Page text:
The chemistry of a fuel cell breathalyzer

For those with a technical interest, when the user exhales into the breathalyzer, any ethanol present in their breath is oxidized to acetic acid at the anode: CH3CH2OH(g) + H2O(l) ? CH3CO2H(l) + 4H+(aq) + 4e- At the cathode, atmospheric oxygen is reduced: O2(g) + 4H+(aq) + 4e- ? 2H2O(l). The overall reaction is the oxidation of ethanol to acetic acid and water: CH3CH2OH(l) + O2(g) ? CH3COOH(l) + H2O(l). The electrical current produced by this reaction is measured, processed, and displayed as an approximation of overall blood alcohol content by the breathalyzer.

Homeostatic variables and Partition Ratios

UK Certified Breathalyzers assume that the subject being tested has a 2300-to-1 partition ratio in converting alcohol measured in the breath to estimates of alcohol in the blood. This measure is in direct proportion to the amount of grams of alcohol to every 1 ml of blood. However, this assumed partition ratio varies from 1300:1 to 3100:1 or wider among individuals and within a given individual over time. Assuming a true blood-alcohol concentration of .07%, for example, a person with a partition ratio of 1500:1 would have a breath test reading of .10% over the legal limit. Most individuals do, in fact, have a 2300-to-1 partition ratio in accordance with William Henry’s law, which states that when the water solution of a volatile compound is brought into equilibrium with air, there is a fixed ratio between the concentration of the compound in air and its concentration in water but it is important to appreciate that this ratio is constant at a given temperature; very few “personal” breathalyzers incorporate a temperature check in their software/hardware solutions. Breath leaves the mouth at a temperature of 34 degrees Celsius. To ensure that variables such as fever and hypothermia could not be pointed out to influence the results in a way that was harmful to the accused, most instruments are calibrated at a ratio of 2300:1, underestimating by 9 percent. In order for a person running a fever to significantly overestimate, he would have to have a fever that would likely see the subject in the hospital rather than driving in the first place. Thus, a machine using a 2300-to-1 ratio could actually overestimate the BAC. As much as 14% of the population has a partition ratio above 2300, thus causing the machine to under-report the BAC.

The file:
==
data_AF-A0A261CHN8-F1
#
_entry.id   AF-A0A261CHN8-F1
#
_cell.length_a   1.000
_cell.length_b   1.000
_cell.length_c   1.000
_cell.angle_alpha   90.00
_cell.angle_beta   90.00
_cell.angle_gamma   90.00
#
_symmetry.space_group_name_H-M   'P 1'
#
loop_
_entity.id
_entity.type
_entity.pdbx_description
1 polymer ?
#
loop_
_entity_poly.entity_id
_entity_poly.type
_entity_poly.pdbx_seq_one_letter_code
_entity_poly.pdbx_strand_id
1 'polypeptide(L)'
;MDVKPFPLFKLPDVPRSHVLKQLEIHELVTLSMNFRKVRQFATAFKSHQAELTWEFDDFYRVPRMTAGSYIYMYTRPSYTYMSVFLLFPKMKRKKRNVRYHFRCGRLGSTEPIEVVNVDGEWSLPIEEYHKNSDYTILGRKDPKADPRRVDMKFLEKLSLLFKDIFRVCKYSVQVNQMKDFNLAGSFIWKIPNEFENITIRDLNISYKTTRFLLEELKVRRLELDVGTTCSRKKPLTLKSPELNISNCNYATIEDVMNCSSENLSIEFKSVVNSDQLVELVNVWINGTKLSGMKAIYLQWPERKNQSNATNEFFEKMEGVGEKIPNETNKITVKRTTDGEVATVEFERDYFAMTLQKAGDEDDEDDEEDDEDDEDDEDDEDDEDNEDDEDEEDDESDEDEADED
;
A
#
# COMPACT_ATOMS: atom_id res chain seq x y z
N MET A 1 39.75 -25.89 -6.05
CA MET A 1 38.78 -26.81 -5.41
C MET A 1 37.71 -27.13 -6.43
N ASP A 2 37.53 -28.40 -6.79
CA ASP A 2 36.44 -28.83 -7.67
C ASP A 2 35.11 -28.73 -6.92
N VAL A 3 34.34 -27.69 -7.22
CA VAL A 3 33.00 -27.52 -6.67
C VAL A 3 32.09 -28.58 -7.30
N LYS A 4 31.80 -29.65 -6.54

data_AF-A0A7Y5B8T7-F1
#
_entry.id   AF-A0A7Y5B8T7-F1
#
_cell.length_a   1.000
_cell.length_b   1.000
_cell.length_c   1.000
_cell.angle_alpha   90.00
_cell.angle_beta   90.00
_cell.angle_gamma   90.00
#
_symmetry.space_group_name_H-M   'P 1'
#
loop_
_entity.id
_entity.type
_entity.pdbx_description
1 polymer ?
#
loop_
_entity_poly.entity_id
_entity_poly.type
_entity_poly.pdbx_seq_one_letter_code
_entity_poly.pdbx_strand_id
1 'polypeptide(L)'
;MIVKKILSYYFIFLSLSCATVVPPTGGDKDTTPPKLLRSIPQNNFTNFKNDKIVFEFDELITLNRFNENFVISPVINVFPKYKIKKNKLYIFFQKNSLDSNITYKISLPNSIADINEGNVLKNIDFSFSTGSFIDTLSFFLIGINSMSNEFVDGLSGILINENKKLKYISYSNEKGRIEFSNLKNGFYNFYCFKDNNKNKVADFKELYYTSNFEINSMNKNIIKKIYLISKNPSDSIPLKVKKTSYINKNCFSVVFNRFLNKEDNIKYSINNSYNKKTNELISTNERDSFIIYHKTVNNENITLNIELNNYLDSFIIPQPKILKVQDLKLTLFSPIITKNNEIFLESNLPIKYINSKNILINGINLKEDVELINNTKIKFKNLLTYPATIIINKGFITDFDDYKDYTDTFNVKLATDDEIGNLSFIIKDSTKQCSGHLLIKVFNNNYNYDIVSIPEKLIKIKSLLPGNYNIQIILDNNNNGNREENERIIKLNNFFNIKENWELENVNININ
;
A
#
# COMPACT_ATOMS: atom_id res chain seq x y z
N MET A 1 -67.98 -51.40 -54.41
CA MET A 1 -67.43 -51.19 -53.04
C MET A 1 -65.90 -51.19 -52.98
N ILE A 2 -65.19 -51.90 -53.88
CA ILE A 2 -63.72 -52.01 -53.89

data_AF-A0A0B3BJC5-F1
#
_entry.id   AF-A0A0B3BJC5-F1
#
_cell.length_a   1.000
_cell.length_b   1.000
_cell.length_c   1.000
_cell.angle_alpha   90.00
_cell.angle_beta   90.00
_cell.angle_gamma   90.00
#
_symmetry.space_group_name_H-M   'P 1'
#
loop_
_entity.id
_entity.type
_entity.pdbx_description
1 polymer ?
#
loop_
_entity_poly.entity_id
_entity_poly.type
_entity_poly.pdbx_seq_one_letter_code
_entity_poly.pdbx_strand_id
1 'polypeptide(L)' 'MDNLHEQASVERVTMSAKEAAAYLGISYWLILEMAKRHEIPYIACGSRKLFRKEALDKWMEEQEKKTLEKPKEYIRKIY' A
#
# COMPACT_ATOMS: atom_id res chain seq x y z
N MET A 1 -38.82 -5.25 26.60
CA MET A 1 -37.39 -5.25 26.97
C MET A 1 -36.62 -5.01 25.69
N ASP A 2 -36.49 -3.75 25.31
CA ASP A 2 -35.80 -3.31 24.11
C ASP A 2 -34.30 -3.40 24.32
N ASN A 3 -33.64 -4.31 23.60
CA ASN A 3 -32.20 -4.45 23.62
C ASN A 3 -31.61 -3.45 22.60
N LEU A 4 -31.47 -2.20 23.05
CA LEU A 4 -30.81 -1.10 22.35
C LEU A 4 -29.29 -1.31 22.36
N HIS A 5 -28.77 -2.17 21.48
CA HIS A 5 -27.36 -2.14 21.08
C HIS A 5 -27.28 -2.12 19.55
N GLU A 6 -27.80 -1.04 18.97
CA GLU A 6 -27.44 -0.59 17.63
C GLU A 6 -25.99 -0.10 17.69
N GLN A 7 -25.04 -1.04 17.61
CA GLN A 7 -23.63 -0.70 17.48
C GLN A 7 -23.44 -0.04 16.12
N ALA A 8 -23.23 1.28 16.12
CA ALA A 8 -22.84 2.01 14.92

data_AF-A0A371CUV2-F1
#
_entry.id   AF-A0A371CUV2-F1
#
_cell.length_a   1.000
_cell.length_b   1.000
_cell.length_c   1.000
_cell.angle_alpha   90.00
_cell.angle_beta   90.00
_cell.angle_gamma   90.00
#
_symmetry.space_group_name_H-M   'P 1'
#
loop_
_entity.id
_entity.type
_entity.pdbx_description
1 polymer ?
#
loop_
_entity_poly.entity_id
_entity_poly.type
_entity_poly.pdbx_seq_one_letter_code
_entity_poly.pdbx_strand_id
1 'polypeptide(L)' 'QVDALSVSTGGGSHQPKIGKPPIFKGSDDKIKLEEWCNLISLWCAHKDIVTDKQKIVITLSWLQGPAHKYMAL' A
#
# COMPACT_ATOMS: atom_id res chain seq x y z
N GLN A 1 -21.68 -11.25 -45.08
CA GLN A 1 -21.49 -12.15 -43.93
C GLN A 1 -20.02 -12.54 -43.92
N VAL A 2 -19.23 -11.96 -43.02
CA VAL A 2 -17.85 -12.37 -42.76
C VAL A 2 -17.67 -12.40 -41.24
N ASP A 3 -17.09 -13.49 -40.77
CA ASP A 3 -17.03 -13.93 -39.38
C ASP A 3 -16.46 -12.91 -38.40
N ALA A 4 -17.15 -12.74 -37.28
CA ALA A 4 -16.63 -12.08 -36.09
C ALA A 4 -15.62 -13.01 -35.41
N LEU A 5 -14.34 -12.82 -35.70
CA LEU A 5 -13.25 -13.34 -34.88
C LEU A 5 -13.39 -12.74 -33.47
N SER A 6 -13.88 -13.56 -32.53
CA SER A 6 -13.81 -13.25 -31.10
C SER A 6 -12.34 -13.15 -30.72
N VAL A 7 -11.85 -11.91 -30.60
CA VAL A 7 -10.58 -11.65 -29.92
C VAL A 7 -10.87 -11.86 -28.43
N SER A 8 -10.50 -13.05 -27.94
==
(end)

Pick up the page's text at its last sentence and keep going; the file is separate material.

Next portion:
How to use a personal breathalyzer

Personal breathalyzers are much cheaper than Certified Police devices and while they  can never replicate the absolute reliability and accuracy of the Police units  (see “Sampling Methods” and “Sensor Types” etc below) they can nevertheless be very useful when used over a period of time to generate a “picture” of how you absorb alcohol. Everyone is different, and factors such as the time taken drinking, the last time you ate and your own metabolic rate can all affect quite dramatically the rate at which alcohol is absorbed. It is impossible to simply equate 1 “unit” per hour, or any other simplistic statistic, and then guess your resulting level. A recent independent test carried out by the IOC newspaper group used one of our Breathalyzers to test a random sample of drinkers in Croydon one Saturday night, and the results showed just how wildly wrong people were in trying to guess their level of intoxication.  Using a personal Breathalyzer on a regular basis means the user can build up a broad idea of the way in which they personally react, at a time when they are not going to go anywhere near a vehicle, and can help them to make sure they do not find themselves still over the limit “the morning after the night before”!